Vitamin A and Testosterone: The Impact of Retinoids and Carotenoids on T-Levels
By Ali Kuoppala | Last reviewed Fri 7 September 2018
Medical Review by Vlad Belghiru, MD
Vitamin A, unlike the name indicates, is not a single compound. Instead its a blanket term for a group of active unsaturated molecules including: retinal, retinol, and retionic acids, along with multiple provitamin A carotenoids such as: α-carotene, β-carotene, lutein, and lycopene, which the human body can convert into active Vitamin A.
The recommended daily intake for vitamin A for a normal sized male is about 900-3000 μg/day of retinal, retinol, or retionic acid, or about 12-24 times that of carotenoids, since they have a significantly lower bio-availibity in the human body and are also poorer sources of the active vitamin.
Vitamin A is also noted as one of the “24 essential vitamins & minerals for human survival”, and this is definitely for a good reason…
…Because without adequate amounts of vitamin A, you would slowly go blind, your immune system wouldn’t function normally, not to mention that you would also become infertile, and your body would have a really hard time absorbing dietary fat (which in turn would cause colossal damage all-around the body).
Anyhow, here’s what vitamin A does to testosterone levels:
Vitamin A and Testosterone Production
Vitamin A is found inside the testicular sertoli cells in retinal form and when needed it can be converted to more biologically active form; retoinic acid. It’s also seen in rodent studies that if there’s no active vitamin A present inside the testicles, testosterone levels drop rapidly and estrogen levels inside the testes shoot up.
If you’re deficient in vitamin A, your body cannot properly utilize dietary fat for its many processes. As a good intake of the right fats is one of the utmost important building blocks of testosterone, vitamin A deficiency will more than likely impact T production in a negative manner.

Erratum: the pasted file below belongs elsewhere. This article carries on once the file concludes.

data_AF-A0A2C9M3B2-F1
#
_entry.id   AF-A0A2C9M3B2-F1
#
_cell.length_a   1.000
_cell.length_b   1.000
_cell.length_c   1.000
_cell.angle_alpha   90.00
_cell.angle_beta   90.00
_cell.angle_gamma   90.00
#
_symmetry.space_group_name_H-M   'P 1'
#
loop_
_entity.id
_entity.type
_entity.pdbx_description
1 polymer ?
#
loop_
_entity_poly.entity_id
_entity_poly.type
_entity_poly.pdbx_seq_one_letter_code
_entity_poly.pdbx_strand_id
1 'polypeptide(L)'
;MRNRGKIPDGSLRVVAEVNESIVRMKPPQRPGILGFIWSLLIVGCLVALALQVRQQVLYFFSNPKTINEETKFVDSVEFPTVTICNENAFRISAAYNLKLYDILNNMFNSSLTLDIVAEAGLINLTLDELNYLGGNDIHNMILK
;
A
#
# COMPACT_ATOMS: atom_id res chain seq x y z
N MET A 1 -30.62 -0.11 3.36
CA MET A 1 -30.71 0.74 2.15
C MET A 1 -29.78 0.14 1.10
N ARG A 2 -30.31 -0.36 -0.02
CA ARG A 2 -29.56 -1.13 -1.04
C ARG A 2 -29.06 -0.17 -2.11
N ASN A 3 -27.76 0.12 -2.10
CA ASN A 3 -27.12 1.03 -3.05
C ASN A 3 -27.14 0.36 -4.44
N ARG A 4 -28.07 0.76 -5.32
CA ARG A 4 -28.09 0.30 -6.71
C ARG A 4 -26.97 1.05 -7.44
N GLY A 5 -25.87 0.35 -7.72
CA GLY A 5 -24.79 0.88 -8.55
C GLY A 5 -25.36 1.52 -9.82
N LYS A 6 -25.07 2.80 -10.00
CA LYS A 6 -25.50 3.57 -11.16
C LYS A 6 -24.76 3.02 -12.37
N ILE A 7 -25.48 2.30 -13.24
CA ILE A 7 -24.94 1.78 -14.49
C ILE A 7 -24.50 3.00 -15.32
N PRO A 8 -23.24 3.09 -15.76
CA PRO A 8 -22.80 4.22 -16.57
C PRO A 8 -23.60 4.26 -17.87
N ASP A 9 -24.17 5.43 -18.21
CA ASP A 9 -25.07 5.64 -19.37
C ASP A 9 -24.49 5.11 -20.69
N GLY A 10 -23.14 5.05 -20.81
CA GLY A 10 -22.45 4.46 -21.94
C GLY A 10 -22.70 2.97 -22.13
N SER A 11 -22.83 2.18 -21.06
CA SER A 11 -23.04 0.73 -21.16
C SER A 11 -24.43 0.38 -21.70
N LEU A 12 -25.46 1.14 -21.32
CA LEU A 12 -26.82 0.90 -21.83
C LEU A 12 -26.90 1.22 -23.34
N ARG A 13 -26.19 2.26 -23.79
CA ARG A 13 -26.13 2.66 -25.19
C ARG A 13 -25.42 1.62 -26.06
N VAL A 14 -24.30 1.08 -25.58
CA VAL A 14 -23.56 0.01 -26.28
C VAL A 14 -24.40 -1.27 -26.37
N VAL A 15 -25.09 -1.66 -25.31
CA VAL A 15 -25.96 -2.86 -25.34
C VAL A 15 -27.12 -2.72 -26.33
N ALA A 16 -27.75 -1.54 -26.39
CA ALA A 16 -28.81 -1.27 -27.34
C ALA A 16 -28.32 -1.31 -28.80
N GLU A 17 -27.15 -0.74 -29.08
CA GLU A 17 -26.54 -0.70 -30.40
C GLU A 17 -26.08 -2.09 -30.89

Also, your body uses a compound called transferrin to transport cholesterol molecules into the testicular leydig cells in order to convert them into testosterone. Without vitamin A, the body can’t synthesize transferrin, and the transportation of the principal testosterone precursor gets impaired.
There’s definitely some evidence that being deficient in vitamin A is not a good thing for your testosterone production or testicular health. And it’s more than likely that men with low vitamin A levels can see significant improvements in their testosterone levels after supplementing with vitamin A or consuming a lot of it in their diets.
However, there’s no evidence to support the claim that superloading with vitamin A, or even supplementing with it in the presence of already optimal intake would increase testosterone levels..
It’s likely that the same thing happens with vitamin A, as does with vitamin D, where dose-dependent increases in testosterone are seen up until the point where optimal levels of the vitamin in blood are achieved and the rising testosterone stops going higher after that.
What has always worked for me was, eating plenty of liver, some grass-fed butter, and occasionally taking liquid vitamin A (affiliate link) both topically and orally.
To get the active forms of vitamin A (retinal, retinol, and retionic acids) your best option would be beef liver (100g is 1411% RDA), or a teaspoon of cod liver oil (which is about 100% of the RDA), or just some salmon (100g is 50% RDA).
Vitamin A has an essential role in testosterone production, and deficiency in the vitamin will most definitely hammer your testosterone levels.
However, deficiency in vitamin A is not that common, unless you live in a developing country or if you’re eating a low-fat diet (the body has hard time absorbing vitamin A when there’s no fat with it).
Anyhow, if you want to make sure that you get enough vitamin A, the simplest way would be to just to eat more liver, if you hate the taste, buy some high-quality vitamin A liquid (see link above or products below).
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